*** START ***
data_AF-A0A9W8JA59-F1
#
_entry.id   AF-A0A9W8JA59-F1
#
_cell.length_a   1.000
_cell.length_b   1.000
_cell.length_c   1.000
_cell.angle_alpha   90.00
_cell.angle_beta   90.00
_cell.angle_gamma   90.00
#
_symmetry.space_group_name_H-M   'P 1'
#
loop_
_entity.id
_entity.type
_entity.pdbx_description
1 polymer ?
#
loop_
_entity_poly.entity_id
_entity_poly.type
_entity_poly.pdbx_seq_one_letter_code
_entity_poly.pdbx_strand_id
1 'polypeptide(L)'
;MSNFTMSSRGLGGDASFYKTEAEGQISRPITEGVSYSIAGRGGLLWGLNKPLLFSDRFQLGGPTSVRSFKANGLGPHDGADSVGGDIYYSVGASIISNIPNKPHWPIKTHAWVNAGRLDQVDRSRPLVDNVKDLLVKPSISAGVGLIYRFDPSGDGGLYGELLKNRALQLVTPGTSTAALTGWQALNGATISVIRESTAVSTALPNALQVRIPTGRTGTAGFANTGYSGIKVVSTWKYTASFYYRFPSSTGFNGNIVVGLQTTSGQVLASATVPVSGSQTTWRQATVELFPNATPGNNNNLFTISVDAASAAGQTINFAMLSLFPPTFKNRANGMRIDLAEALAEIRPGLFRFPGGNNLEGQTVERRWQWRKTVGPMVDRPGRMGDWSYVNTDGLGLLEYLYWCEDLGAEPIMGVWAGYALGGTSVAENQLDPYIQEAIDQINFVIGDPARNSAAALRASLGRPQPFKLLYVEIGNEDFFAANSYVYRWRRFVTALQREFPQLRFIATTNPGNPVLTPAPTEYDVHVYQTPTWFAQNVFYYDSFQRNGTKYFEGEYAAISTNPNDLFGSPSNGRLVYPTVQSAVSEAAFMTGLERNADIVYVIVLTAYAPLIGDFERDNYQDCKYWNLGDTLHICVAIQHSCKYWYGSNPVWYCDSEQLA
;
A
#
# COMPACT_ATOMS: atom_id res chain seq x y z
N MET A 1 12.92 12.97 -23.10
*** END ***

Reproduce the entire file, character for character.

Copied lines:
data_AF-A0A9W8JA59-F1
#
_entry.id   AF-A0A9W8JA59-F1
#
_cell.length_a   1.000
_cell.length_b   1.000
_cell.length_c   1.000
_cell.angle_alpha   90.00
_cell.angle_beta   90.00
_cell.angle_gamma   90.00
#
_symmetry.space_group_name_H-M   'P 1'
#
loop_
_entity.id
_entity.type
_entity.pdbx_description
1 polymer ?
#
loop_
_entity_poly.entity_id
_entity_poly.type
_entity_poly.pdbx_seq_one_letter_code
_entity_poly.pdbx_strand_id
1 'polypeptide(L)'
;MSNFTMSSRGLGGDASFYKTEAEGQISRPITEGVSYSIAGRGGLLWGLNKPLLFSDRFQLGGPTSVRSFKANGLGPHDGADSVGGDIYYSVGASIISNIPNKPHWPIKTHAWVNAGRLDQVDRSRPLVDNVKDLLVKPSISAGVGLIYRFDPSGDGGLYGELLKNRALQLVTPGTSTAALTGWQALNGATISVIRESTAVSTALPNALQVRIPTGRTGTAGFANTGYSGIKVVSTWKYTASFYYRFPSSTGFNGNIVVGLQTTSGQVLASATVPVSGSQTTWRQATVELFPNATPGNNNNLFTISVDAASAAGQTINFAMLSLFPPTFKNRANGMRIDLAEALAEIRPGLFRFPGGNNLEGQTVERRWQWRKTVGPMVDRPGRMGDWSYVNTDGLGLLEYLYWCEDLGAEPIMGVWAGYALGGTSVAENQLDPYIQEAIDQINFVIGDPARNSAAALRASLGRPQPFKLLYVEIGNEDFFAANSYVYRWRRFVTALQREFPQLRFIATTNPGNPVLTPAPTEYDVHVYQTPTWFAQNVFYYDSFQRNGTKYFEGEYAAISTNPNDLFGSPSNGRLVYPTVQSAVSEAAFMTGLERNADIVYVIVLTAYAPLIGDFERDNYQDCKYWNLGDTLHICVAIQHSCKYWYGSNPVWYCDSEQLA
;
A
#
# COMPACT_ATOMS: atom_id res chain seq x y z
N MET A 1 12.92 12.97 -23.10